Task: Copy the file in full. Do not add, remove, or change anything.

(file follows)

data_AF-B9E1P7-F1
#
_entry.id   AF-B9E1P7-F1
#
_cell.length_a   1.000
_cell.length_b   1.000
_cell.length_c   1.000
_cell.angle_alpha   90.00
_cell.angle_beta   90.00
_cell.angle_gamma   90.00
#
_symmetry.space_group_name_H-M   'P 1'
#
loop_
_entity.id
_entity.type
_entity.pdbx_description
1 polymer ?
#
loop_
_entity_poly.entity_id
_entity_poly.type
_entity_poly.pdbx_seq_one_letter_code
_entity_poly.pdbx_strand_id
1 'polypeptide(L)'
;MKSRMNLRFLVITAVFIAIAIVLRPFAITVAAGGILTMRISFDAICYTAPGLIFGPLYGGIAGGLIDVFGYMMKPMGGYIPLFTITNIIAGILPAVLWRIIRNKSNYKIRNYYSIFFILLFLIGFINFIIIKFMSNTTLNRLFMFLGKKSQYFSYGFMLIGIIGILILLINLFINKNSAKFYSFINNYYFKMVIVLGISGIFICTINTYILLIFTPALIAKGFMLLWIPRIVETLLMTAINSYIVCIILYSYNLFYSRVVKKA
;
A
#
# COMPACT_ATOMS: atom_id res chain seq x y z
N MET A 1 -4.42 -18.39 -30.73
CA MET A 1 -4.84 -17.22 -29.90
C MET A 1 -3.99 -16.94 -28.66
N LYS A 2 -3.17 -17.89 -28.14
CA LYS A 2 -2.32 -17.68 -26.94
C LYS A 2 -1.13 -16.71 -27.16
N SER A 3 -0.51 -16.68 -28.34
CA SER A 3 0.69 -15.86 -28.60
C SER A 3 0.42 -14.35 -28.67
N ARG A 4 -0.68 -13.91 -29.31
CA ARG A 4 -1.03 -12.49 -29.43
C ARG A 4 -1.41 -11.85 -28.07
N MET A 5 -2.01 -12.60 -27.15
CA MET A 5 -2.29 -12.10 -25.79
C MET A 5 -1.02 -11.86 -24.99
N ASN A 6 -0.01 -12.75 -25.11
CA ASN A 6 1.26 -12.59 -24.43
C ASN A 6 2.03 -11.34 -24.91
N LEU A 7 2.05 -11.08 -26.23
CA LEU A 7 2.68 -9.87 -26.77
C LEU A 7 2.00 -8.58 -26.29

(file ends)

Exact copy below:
data_AF-B9E1P7-F1
#
_entry.id   AF-B9E1P7-F1
#
_cell.length_a   1.000
_cell.length_b   1.000
_cell.length_c   1.000
_cell.angle_alpha   90.00
_cell.angle_beta   90.00
_cell.angle_gamma   90.00
#
_symmetry.space_group_name_H-M   'P 1'
#
loop_
_entity.id
_entity.type
_entity.pdbx_description
1 polymer ?
#
loop_
_entity_poly.entity_id
_entity_poly.type
_entity_poly.pdbx_seq_one_letter_code
_entity_poly.pdbx_strand_id
1 'polypeptide(L)'
;MKSRMNLRFLVITAVFIAIAIVLRPFAITVAAGGILTMRISFDAICYTAPGLIFGPLYGGIAGGLIDVFGYMMKPMGGYIPLFTITNIIAGILPAVLWRIIRNKSNYKIRNYYSIFFILLFLIGFINFIIIKFMSNTTLNRLFMFLGKKSQYFSYGFMLIGIIGILILLINLFINKNSAKFYSFINNYYFKMVIVLGISGIFICTINTYILLIFTPALIAKGFMLLWIPRIVETLLMTAINSYIVCIILYSYNLFYSRVVKKA
;
A
#
# COMPACT_ATOMS: atom_id res chain seq x y z
N MET A 1 -4.42 -18.39 -30.73
CA MET A 1 -4.84 -17.22 -29.90
C MET A 1 -3.99 -16.94 -28.66
N LYS A 2 -3.17 -17.89 -28.14
CA LYS A 2 -2.32 -17.68 -26.94
C LYS A 2 -1.13 -16.71 -27.16
N SER A 3 -0.51 -16.68 -28.34
CA SER A 3 0.69 -15.86 -28.60
C SER A 3 0.42 -14.35 -28.67
N ARG A 4 -0.68 -13.91 -29.31
CA ARG A 4 -1.03 -12.49 -29.43
C ARG A 4 -1.41 -11.85 -28.07
N MET A 5 -2.01 -12.60 -27.15
CA MET A 5 -2.29 -12.10 -25.79
C MET A 5 -1.02 -11.86 -24.99
N ASN A 6 -0.01 -12.75 -25.11
CA ASN A 6 1.26 -12.59 -24.43
C ASN A 6 2.03 -11.34 -24.91
N LEU A 7 2.05 -11.08 -26.23
CA LEU A 7 2.68 -9.87 -26.77
C LEU A 7 2.00 -8.58 -26.29